Honeymoon: Barcelona | Antoni Gaudi

After I returned to the office from our honeymoon, I handed out magnets that had Gaudi's work printed on as souvenirs to my colleagues . One of them blurted out, "Oh no...I hate Gaudi!...But...Thank you!" Haha. I found this person's reaction to be humorous rather than insulting, because this individual is very straightforward and honest with one's comments. I replied, "I guess you'll always be reminded of him when you open the fridge then! :)" I think it's one of those things where it's black or white -- you either only see beauty in Gaudi's work or you think it is hideous. And hey -- to each his own! For me, I loved being immersed in Gaudi's world. This post is dedicated to some of the beautiful pieces we were lucky enough to experience while in Barcelona.


Casa Batllo - also known to the locals as casa dels ossos (house of bones), as it has an organic and skeletal quality that is inherent in Gaudi's work. The roof is arched and likened to the scaly back of a dragon. The home was originally built in 1877 by another architect, and the owner of the home at the time (Mr. Batllo) commissioned Gaudi to refurbish it between 1904 to 1906. Casa Batllo eventually passed from the Batllo ownership in the 1950's, after having suffered significant damages during the civil war. Since the 1990's, the current owners have made a tremendous effort to restore the home. In 2002, the home has welcomed the general public for cultural visits.


the facade
the interior of the Noble Floor, facing the Passeig de Gracia
mushroom shaped fireplace, which housed a bench on each side -- one for the caretaker and the other for a couple.

skylights
hallway
Gaudi was very particular with every detail -- he even designed this manuscript for the doors himself.
view from the rooftop terrace

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We also had the opportunity to visit Parc Guell. It was built roughly between 1900 to 1914, and it was originally envisioned to be a self-contained community for the wealthy. The site is close to an affluent neighborhood called La Salut (The Health), with fresh air (far away from factories that produced smog) and spectacular views of the city. However, there was not enough interest at the time to make it a success. It has since been converted into a municipal garden.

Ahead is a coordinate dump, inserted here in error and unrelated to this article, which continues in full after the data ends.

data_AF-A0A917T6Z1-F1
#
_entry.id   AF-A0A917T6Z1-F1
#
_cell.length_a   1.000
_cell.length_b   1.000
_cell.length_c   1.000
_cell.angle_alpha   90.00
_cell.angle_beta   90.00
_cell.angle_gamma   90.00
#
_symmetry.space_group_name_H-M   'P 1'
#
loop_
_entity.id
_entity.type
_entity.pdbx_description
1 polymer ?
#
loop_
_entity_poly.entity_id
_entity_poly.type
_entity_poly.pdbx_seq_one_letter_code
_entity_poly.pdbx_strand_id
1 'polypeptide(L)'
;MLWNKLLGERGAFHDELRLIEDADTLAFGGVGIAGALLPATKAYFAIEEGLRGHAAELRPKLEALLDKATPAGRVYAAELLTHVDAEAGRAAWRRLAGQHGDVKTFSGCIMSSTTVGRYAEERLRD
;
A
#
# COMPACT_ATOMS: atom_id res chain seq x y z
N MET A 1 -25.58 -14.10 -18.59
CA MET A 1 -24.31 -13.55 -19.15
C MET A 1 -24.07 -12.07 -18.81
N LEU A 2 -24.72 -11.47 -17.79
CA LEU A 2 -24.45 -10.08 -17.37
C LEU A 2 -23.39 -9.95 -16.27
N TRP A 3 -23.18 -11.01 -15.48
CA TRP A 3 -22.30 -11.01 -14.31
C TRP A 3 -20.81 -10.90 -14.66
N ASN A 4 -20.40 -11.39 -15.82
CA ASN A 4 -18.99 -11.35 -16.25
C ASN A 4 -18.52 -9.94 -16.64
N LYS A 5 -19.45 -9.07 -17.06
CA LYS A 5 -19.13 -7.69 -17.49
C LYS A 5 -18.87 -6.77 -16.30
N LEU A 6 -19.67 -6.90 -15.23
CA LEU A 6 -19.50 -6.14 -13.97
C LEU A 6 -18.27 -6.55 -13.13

Isn't it awe-inspiring?

From 1906 to 1926, Gaudi lived in one of the two homes that were ever completed in Parc Guell (not designed by Gaudi). It is now the Gaudi House Museum.

I think what I love about Gaudi's spaces the most is how you can really tell he was so true to his visions. I think his spaces are like those intriguing, mind-bending movies that you want to keep watching over and over to find new clues that you missed out on the first time around.

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ABOUT THE AUTHOR

Hi there! My husband and I are newlyweds ♥ We adopted our beagle, Louie, in 2011. This blog allows me to chronicle our lives together as a family. Thank you for stopping by! WWW.KIDGRANNY.BLOGSPOT.COM

6 comments :

  1. I didn't know who Gaudi was but I definitely recognize the house. So interesting! I love the hallway, skylights and that fireplace!

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    1. Me too! I love that he created all these nooks and crannies for intimate moments, like those benches inside the mushroom fireplace.

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  2. I think Gaudi's work is magnificent. One day I hope to travel to Barcelona to see his works in person

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  3. oooh Gaudi! an architect that was so ahead of his time ... perhaps even our time. What a wonderful place for honeymoon, hope you had the time of your lives.

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    1. I agree! I think his ideas were so ahead of his time! & thank you -- we had the best time :)

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